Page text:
(from Tin House 60, Summer 2014)
In America we weren’t allowed to roam the streets after the streetlights came on. But in Mexico, we discovered that our parents had relaxed their policies, for reasons we did not understand. There were streetlights in Mexico, too. Julian and I realized, after only a week in the neighborhood, that we could slip out of the apartment after dinner without being questioned or given a return time. We would rejoin the ongoing antics of the kids on the street–setting things alight, hunting rats in the ravine with slingshots.
I’ve never heard of Kenneth Calhoun before, though his bio tells me he has recently published a novel, Black Moon, which I will now have to read. I liked this story a lot. The voice of our twelve-year-old narrator is so certain and charming, and the details about living in Mexico feel very real. I love this: ”The apartment was new and looked very much how a Mexican-themed apartment in California would look. It had extremely hard wooden furniture that was painted bright colors. All the chair backs went up at exactly ninety-degree angles, making for a stiff sit.”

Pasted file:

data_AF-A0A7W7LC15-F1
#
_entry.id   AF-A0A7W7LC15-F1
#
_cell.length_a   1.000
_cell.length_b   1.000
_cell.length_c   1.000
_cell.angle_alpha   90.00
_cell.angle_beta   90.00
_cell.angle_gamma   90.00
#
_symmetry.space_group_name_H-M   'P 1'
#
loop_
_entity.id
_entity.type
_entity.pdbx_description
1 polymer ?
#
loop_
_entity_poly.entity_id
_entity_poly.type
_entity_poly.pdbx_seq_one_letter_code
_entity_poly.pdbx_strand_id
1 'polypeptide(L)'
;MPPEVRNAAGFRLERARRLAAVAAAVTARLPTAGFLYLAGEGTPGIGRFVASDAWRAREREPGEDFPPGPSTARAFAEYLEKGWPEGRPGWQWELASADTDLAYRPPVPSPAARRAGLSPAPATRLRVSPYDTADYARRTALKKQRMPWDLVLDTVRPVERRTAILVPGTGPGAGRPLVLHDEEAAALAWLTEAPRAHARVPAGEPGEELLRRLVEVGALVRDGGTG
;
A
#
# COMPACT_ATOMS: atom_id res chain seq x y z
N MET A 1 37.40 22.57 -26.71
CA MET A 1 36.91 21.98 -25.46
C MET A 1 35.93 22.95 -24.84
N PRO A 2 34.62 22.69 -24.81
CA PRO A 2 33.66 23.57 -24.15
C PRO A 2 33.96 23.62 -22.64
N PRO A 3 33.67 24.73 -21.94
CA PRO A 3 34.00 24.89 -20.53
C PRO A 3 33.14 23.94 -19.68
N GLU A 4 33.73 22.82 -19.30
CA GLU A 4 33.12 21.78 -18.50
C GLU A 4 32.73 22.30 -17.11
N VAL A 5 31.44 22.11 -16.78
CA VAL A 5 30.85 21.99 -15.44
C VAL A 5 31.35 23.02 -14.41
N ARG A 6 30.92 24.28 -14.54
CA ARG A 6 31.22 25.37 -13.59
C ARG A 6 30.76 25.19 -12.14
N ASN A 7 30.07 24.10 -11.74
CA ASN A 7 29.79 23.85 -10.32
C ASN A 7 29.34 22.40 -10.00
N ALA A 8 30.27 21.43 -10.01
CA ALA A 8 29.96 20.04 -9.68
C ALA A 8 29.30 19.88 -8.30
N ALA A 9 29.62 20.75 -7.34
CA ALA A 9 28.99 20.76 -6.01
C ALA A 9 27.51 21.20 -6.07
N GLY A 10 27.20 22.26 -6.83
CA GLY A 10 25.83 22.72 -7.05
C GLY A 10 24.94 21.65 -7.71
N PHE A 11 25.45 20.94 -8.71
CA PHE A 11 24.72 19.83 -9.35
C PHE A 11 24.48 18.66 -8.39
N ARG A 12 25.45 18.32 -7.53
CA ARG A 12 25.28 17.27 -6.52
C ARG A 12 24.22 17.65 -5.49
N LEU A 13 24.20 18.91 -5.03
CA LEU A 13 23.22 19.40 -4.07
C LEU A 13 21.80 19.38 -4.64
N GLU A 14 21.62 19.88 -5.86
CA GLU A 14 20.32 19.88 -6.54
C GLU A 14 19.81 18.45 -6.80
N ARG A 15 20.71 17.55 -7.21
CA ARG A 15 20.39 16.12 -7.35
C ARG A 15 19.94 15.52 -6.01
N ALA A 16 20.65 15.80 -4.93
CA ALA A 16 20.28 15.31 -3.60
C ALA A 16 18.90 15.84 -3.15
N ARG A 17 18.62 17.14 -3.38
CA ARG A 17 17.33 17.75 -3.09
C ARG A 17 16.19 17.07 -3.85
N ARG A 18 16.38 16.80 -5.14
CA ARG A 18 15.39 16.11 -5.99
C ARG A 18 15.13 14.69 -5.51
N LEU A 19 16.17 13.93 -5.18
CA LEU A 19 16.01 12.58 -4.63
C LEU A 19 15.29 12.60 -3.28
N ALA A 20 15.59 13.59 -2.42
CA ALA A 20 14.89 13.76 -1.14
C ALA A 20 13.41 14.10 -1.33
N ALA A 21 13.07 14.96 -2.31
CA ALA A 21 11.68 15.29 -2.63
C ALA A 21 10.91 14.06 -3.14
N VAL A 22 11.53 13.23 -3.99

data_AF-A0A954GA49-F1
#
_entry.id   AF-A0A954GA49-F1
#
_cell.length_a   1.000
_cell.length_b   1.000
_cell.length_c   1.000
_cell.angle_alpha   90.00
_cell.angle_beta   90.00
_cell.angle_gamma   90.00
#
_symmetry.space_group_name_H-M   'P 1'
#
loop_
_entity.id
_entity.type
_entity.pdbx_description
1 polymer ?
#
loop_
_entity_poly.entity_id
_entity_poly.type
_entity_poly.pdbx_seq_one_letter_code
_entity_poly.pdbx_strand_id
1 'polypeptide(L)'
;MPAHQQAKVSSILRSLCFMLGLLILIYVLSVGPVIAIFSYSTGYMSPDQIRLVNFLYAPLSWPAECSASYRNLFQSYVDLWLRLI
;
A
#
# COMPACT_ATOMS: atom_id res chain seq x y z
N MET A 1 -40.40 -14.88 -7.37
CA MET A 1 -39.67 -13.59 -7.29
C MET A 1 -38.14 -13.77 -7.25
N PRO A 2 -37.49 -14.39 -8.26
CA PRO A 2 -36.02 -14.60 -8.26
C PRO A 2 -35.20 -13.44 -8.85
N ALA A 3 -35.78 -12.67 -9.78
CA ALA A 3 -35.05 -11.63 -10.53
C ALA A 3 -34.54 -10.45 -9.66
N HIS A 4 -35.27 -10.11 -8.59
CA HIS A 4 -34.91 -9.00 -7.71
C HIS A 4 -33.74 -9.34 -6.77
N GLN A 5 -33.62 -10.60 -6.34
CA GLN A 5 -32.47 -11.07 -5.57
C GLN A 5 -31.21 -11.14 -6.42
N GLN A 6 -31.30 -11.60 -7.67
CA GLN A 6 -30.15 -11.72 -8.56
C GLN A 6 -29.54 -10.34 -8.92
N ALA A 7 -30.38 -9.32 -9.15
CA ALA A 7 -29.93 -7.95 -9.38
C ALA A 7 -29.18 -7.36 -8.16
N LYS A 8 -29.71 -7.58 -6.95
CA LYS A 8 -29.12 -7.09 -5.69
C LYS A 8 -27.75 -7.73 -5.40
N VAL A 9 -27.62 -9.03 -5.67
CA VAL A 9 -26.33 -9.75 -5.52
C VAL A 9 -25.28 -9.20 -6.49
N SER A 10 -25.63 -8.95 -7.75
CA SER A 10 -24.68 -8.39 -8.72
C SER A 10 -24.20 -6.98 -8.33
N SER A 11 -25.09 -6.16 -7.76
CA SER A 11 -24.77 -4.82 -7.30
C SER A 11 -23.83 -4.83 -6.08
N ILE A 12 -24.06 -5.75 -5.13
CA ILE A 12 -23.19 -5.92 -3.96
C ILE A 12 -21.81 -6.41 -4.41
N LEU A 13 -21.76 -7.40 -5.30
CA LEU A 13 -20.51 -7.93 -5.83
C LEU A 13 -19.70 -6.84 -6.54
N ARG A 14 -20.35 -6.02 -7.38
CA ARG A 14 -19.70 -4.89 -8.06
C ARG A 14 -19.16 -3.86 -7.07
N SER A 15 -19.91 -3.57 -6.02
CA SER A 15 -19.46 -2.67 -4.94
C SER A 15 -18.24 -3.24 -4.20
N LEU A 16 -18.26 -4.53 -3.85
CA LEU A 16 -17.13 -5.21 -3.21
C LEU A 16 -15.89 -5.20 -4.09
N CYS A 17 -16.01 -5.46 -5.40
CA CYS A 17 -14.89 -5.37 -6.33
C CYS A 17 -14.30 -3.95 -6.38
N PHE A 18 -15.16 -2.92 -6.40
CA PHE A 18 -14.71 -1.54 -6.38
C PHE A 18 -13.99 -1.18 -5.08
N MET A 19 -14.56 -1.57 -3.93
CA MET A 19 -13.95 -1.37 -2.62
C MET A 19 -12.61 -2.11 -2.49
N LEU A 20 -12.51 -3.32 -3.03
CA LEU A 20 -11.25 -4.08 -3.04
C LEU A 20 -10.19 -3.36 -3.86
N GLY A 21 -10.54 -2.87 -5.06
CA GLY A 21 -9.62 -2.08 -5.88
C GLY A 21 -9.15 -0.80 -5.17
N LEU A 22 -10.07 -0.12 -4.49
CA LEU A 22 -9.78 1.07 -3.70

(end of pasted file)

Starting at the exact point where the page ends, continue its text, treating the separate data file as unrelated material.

The story is basically about a boy exploring his sexuality at the same time that his philandering father is trying to right past wrongs, and not doing a terribly good job of it. The characters here are all very well drawn with the exception, perhaps, of the narrator’s younger brother Julian, who is presented rather one-dimensionally (“He was three years younger and liked to pretend he was a religious superhero called the Altar Boy.”) Nine-year-olds can be rather one-dimensional, though, and it didn’t bother me much.
Here’s an excerpt from Calhoun’s novel, which sounds really interesting, about a world overtaken by insomnia (I can relate as I’ve been waking up at three am for the past two weeks and can’t seem to break the cycle).
Tin House is damn good. I love their Lost & Found section and always find treasures to add to the list of books I have to read. Pick up the issue. Read Meg Freitag’s poems first and then begin at the beginning.